Setting up iChat Server
Feb 11th, 2012 by Ken Hagler

I’ve finally got the iChat portion of my Mac Mini Server up and running. It turned out that some fairly important parts of the process were poorly documented (or not at all), so I decided to write down the process in the hope that someone setting it up in the future will have better luck with their search results than I did.

Initial DNS Setup

The very first thing I did, before I even took the Mac Mini out of the box, was get its domain name set up. I’m on a cable modem, which means that all of my computers have local IPs (192.168.x.x) and share the same external IP address, which is subject to change at any time. That’s obviously a problem for any kind of server, but fortunately it was solved long ago by dynamic DNS services. These work by giving you a subdomain such as, which resolves to your current IP, and automatically updating the DNS record whenever your IP changes. I signed up for an account with FreeDNS, which is supported by my router’s firmware, so it will automatically keep my subdomain on their service updated.

Next I logged into the administrative interface for the domain, which has been hosted for many years by the excellent Mac-centric hosting service MacHighway. I then created a CNAME record pointing to the fully qualified domain name from Free DNS. There were some other DNS changes needed later, but to avoid confusion I’ll cover them later, where they fit into the process.

Finally, when I started up Frontier for the first time I told it that its name was The actual server has no knowledge of the Free DNS FQDN. I assigned it a static IP address in my local subnet, and then logged into the router to forward all the ports I’d need (there were quite a few) to that static local IP. With all this done, an outside request for will (so long as it’s for one of the forwarded ports) end up at the Mac Mini Server.

Getting a Signed SSL Certificate

When I set the server’s name, it automatically created a self-signed SSL certificate. In order to avoid potential problems from poorly designed software putting up scary warnings or possibly refusing connections via XMPP, I wanted to get this signed by a certification authority. A few days before I’d read an article which mentioned StartSSL, which issues free certificates.

On the server side, the software makes it very easy to export a special file called a Certificate Signing Request, and then import the signed certificate once it’s received from the CA. The process of actually getting certificate signed proved tricky, but thanks to StartSSL’s very helpful Eddy Nigg I was eventually able to manage it. The trick is that when you first go to their web site it seems like you’re requesting a signed certificate, but what you’re really doing is creating an entirely new certificate which identifies you for logging in to their system. Once that’s done, it’s simple to paste the contents of the CSR file exported by the Server app into a form and then download the signed certificate. The trick is to know ahead of time that it’s a two-stage process.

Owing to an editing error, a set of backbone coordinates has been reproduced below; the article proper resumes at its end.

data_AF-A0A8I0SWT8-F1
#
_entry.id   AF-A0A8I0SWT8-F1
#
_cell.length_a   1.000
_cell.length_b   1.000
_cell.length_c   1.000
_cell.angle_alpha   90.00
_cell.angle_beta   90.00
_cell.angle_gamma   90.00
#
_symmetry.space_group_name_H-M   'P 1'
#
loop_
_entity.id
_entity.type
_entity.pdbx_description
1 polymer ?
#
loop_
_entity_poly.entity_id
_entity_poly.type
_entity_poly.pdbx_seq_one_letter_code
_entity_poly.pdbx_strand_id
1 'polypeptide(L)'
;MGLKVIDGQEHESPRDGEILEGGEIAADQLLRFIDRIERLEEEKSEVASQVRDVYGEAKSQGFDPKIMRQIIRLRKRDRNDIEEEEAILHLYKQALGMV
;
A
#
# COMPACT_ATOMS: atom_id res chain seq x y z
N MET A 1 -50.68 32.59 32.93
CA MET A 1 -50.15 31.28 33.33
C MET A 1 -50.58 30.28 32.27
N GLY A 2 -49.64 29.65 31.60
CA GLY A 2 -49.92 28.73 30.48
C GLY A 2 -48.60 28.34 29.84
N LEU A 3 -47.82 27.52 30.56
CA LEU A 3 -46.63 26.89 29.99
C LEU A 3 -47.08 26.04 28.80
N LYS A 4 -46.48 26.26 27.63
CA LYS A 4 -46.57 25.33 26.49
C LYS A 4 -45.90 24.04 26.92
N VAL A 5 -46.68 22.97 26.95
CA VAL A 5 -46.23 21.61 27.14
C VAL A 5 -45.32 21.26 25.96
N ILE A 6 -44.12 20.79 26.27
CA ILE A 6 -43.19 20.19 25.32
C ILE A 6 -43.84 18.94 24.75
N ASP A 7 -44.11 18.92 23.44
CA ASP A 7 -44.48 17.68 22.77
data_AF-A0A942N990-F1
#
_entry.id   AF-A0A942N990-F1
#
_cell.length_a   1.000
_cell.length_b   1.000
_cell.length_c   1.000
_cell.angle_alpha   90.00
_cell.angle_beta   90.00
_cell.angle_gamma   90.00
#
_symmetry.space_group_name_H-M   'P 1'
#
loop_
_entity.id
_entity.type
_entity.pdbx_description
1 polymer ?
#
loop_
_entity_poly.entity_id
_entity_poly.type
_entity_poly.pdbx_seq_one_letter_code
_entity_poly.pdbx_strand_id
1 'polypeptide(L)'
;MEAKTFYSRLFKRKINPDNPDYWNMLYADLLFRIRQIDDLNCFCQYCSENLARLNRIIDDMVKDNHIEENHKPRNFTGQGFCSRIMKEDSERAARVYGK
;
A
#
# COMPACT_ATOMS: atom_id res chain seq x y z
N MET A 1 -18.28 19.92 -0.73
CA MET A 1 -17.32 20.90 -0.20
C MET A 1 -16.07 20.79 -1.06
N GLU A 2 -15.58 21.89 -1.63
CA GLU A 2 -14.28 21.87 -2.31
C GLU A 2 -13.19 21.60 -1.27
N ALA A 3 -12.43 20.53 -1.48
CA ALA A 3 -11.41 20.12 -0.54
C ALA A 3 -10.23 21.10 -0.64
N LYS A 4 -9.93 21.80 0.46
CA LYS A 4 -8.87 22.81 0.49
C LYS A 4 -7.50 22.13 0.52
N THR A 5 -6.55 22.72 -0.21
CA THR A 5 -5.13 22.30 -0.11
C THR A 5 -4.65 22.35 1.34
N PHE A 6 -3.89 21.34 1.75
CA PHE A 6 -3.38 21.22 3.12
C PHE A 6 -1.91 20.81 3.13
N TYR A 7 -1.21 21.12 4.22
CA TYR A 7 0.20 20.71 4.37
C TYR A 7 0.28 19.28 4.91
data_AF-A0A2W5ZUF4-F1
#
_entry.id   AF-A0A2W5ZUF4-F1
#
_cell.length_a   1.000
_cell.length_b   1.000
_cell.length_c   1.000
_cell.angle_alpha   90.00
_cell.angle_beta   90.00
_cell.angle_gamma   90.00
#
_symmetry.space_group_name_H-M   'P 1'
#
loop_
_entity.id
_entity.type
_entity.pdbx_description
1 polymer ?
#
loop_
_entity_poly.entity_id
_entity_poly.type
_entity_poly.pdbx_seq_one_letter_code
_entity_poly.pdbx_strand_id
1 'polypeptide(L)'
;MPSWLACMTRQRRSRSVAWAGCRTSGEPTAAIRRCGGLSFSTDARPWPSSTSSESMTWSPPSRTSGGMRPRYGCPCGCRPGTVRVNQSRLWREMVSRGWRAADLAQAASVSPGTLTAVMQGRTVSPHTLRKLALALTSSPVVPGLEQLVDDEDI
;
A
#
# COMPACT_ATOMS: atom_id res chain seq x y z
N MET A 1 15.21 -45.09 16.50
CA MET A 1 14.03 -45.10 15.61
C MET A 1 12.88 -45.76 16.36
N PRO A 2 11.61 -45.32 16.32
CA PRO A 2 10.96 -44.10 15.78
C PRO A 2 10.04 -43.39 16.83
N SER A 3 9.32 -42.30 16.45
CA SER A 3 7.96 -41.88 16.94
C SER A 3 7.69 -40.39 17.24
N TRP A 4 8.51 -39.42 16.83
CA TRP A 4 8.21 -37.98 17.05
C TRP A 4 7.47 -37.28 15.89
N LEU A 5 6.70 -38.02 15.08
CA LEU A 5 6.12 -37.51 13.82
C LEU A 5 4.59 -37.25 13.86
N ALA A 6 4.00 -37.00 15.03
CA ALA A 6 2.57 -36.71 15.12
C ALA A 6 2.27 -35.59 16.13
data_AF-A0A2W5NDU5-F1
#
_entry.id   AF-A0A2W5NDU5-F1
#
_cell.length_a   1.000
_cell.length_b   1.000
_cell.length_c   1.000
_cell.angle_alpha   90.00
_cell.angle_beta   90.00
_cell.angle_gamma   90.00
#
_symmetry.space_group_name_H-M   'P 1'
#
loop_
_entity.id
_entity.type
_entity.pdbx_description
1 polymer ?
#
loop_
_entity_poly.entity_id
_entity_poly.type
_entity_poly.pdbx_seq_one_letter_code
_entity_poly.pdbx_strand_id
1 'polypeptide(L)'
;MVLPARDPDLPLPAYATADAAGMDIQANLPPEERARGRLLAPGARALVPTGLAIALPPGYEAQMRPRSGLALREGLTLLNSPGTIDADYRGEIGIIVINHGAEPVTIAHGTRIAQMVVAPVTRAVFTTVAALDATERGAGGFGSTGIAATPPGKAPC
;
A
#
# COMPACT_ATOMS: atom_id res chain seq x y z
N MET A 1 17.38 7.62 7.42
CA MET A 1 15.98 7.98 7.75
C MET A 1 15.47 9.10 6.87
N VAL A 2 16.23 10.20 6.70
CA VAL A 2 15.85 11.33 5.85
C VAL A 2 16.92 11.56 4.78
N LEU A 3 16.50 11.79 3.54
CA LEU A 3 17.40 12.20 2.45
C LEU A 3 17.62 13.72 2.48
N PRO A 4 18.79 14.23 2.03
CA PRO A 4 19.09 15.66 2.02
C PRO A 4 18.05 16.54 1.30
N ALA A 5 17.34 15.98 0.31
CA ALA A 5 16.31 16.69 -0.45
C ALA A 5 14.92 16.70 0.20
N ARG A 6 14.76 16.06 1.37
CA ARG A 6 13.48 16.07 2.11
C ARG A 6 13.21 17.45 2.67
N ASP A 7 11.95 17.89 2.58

Setting up SRV Records

At this point my iChat service was up and running and I could use the XMPP address However, I wanted to make it just, so that my IM address would be the same as the email address that I’ve had since 1996. To do this, I needed to create DNS SRV records to send XMPP traffic for along to (the actual machine is a web server in Colorado which would just ignore XMPP traffic).

The system my hosting provider uses to administer the domain, cPanel, doesn’t have a way to create SRV records so I wasn’t able to do this all myself as I did with the CNAME record earlier. I new that MacHighway wouldn’t be able to offer any support for this, so I carefully checked and re-checked and then submitted a support request asking them to manually enter the following lines into the record for the domain: 14400 IN SRV	0 1 5222 14400 IN SRV	0 1 5269

Once I got a reply from MacHighway support that the change had been made, I checked with dig and confirmed that everything was working perfectly on the DNS side. Note that if I had used the Free DNS FQDN it would have worked, but that would also have made it impossible for me to move to another dynamic DNS service should the need arise without bugging someone at MacHighway to make another manual change for me.

Fixing the Server’s Identity Crisis

At this point I discovered that as far as the iChat service was concerned it was still, and it was certainly not going to allow users of to connect! I needed to change the name that just the iChat service had for itself, without affecting anything else on the server, and this turned out to be the biggest headache of the whole process, mostly due to the general lack of documentation. After a great deal of searching and a few red herrings, I finally came up with the answer: sudo serveradmin settings jabber:hostsCommaDelimitedString = "" (the iChat service is actually a variation of jabbered2).